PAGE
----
Background: It is difficult to predict whether or not gastroesophageal reflux (GER), such as aspiration or vomiting, will occur after PEG. Objective: To identify factors that would support the prediction of aspiration after PEG. Design: Case-control study. Setting: Patients who underwent PEG from February 1998 to June 2005 in our hospital. Patients: The study included 178 patients. Interventions: Endoscopic observation was carried out during PEG tube placement and at PEG tube replacement to determine the presence of hiatus hernia and/or reflux esophagitis. Main Outcome Measurements: Gastric emptying and GER index (GERI) were measured by using a radioisotope technique. Results: The patients were divided into 2 groups: the non-GER (NGER) group (n = 108), who had no symptoms of GER, and the GER group (n = 70), who showed these symptoms. No significant differences were observed between the groups in age, sex, morbidity, the presence of reflux esophagitis at PEG tube placement, gastric emptying, or serum albumin levels. The presence of a hiatus hernia (P = .028) and reflux esophagitis grading Los Angeles classification C or D (P = .008) were significantly more frequent in the GER group compared with the NGER group. The GERI was also significantly higher in the GER group than in the NGER group (P < .0001). Conclusions: The presence of hiatus hernia, severe reflux esophagitis, and a high GERI might be predictive factors of aspiration or vomiting after PEG tube placement.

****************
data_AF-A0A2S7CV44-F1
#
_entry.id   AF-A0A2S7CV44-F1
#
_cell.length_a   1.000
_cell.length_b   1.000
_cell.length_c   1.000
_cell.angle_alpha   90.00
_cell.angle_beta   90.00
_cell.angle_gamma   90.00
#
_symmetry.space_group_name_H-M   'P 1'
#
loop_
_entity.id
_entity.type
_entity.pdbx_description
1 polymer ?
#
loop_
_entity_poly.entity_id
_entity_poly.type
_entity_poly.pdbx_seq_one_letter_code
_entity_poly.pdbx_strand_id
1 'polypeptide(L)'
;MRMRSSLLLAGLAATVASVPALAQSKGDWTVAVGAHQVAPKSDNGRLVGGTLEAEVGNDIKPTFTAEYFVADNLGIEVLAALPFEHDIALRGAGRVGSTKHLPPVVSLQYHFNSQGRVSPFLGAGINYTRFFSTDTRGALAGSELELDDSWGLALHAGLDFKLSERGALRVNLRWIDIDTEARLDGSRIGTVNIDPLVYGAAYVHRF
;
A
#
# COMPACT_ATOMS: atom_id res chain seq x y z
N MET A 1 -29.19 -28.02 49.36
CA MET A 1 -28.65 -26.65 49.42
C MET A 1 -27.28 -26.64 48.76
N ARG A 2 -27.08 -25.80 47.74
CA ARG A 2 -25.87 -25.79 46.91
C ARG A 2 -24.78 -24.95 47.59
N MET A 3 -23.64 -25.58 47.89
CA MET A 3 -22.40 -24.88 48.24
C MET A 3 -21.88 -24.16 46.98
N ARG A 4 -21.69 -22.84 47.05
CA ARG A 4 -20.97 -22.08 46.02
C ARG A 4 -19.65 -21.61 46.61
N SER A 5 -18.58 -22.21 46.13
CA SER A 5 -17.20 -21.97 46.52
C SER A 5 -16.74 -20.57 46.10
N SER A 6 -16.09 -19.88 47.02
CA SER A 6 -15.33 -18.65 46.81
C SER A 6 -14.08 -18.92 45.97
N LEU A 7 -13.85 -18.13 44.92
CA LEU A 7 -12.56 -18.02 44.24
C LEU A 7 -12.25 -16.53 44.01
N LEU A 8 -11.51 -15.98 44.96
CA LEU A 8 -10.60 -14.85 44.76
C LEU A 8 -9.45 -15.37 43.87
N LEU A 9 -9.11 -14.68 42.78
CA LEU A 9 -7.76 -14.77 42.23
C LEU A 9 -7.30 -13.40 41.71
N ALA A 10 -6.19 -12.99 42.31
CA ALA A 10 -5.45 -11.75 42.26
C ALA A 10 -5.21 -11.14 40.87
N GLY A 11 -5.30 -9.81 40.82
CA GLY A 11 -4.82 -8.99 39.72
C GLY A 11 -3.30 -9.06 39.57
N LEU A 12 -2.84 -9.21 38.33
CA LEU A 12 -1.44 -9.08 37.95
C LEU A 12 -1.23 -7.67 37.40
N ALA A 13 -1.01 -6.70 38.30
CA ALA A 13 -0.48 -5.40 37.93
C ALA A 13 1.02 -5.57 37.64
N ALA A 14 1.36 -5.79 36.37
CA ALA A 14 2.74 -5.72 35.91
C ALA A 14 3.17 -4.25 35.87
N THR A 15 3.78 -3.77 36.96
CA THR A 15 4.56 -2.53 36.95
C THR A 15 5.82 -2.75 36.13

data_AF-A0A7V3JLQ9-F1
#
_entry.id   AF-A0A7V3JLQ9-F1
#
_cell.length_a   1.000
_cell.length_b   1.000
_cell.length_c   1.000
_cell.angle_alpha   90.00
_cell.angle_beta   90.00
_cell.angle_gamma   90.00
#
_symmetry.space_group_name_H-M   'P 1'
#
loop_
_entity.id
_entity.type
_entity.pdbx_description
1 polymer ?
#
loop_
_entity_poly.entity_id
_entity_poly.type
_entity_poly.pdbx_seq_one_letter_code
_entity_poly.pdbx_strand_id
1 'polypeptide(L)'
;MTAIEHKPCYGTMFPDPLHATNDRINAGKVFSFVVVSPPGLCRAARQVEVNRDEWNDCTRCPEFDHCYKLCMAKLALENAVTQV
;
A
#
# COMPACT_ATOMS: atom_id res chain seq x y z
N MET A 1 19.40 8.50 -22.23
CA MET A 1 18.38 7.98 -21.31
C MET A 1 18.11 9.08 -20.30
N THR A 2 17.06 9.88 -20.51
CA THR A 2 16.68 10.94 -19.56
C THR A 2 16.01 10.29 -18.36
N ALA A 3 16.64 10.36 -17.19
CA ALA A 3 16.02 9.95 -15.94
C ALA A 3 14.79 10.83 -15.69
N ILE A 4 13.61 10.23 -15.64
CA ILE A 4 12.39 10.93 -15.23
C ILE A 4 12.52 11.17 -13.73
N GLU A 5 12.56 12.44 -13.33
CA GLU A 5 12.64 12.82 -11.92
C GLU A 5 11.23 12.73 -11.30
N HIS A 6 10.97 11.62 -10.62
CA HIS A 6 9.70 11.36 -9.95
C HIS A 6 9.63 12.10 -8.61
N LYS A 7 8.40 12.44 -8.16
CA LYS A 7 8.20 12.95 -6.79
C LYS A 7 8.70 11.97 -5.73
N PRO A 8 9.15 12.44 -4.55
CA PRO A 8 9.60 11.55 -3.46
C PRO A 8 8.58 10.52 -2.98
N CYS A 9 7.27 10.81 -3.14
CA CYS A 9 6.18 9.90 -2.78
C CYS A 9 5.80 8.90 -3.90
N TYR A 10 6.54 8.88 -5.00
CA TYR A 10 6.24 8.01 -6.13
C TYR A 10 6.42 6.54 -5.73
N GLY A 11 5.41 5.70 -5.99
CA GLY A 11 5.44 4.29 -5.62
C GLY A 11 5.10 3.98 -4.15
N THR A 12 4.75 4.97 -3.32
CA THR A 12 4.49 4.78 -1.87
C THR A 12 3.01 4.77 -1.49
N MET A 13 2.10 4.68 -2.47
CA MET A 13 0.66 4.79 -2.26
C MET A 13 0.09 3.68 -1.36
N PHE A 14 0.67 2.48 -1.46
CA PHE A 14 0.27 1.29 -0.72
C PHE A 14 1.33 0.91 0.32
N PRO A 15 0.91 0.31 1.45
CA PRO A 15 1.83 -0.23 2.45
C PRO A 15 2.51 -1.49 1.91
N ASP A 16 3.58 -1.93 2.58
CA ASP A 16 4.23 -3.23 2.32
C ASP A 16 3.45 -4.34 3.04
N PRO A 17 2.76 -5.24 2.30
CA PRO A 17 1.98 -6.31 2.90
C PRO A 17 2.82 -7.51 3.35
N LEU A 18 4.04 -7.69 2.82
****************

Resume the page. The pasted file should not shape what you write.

All Science Journal Classification (ASJC) codes
- Radiology Nuclear Medicine and imaging